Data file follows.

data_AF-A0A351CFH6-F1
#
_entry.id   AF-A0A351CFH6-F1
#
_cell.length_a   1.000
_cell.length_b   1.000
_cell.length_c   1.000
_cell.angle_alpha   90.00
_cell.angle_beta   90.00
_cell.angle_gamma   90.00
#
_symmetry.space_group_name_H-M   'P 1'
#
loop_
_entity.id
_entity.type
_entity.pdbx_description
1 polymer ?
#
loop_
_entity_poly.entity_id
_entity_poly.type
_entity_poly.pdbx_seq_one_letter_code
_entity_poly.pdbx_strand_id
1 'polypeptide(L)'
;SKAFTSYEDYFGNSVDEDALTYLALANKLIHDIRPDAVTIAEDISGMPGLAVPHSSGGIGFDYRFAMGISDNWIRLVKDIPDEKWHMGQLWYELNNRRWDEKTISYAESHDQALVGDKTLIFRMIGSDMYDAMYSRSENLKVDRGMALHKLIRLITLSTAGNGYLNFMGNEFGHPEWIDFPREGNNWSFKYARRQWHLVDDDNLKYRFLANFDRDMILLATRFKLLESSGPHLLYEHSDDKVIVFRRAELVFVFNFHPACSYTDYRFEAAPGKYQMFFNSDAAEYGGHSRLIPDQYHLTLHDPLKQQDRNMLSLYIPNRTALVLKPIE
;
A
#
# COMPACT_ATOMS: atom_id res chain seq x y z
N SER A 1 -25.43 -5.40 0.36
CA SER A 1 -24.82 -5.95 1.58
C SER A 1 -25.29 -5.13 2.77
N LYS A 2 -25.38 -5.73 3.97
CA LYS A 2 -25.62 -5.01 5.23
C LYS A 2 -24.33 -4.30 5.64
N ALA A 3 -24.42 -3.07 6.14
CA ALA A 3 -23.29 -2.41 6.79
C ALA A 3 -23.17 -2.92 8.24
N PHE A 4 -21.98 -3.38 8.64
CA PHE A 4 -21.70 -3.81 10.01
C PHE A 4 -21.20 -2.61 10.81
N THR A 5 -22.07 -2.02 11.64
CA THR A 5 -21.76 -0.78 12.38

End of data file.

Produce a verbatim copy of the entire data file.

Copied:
data_AF-A0A351CFH6-F1
#
_entry.id   AF-A0A351CFH6-F1
#
_cell.length_a   1.000
_cell.length_b   1.000
_cell.length_c   1.000
_cell.angle_alpha   90.00
_cell.angle_beta   90.00
_cell.angle_gamma   90.00
#
_symmetry.space_group_name_H-M   'P 1'
#
loop_
_entity.id
_entity.type
_entity.pdbx_description
1 polymer ?
#
loop_
_entity_poly.entity_id
_entity_poly.type
_entity_poly.pdbx_seq_one_letter_code
_entity_poly.pdbx_strand_id
1 'polypeptide(L)'
;SKAFTSYEDYFGNSVDEDALTYLALANKLIHDIRPDAVTIAEDISGMPGLAVPHSSGGIGFDYRFAMGISDNWIRLVKDIPDEKWHMGQLWYELNNRRWDEKTISYAESHDQALVGDKTLIFRMIGSDMYDAMYSRSENLKVDRGMALHKLIRLITLSTAGNGYLNFMGNEFGHPEWIDFPREGNNWSFKYARRQWHLVDDDNLKYRFLANFDRDMILLATRFKLLESSGPHLLYEHSDDKVIVFRRAELVFVFNFHPACSYTDYRFEAAPGKYQMFFNSDAAEYGGHSRLIPDQYHLTLHDPLKQQDRNMLSLYIPNRTALVLKPIE
;
A
#
# COMPACT_ATOMS: atom_id res chain seq x y z
N SER A 1 -25.43 -5.40 0.36
CA SER A 1 -24.82 -5.95 1.58
C SER A 1 -25.29 -5.13 2.77
N LYS A 2 -25.38 -5.73 3.97
CA LYS A 2 -25.62 -5.01 5.23
C LYS A 2 -24.33 -4.30 5.64
N ALA A 3 -24.42 -3.07 6.14
CA ALA A 3 -23.29 -2.41 6.79
C ALA A 3 -23.17 -2.92 8.24
N PHE A 4 -21.98 -3.38 8.64
CA PHE A 4 -21.70 -3.81 10.01
C PHE A 4 -21.20 -2.61 10.81
N THR A 5 -22.07 -2.02 11.64
CA THR A 5 -21.76 -0.78 12.38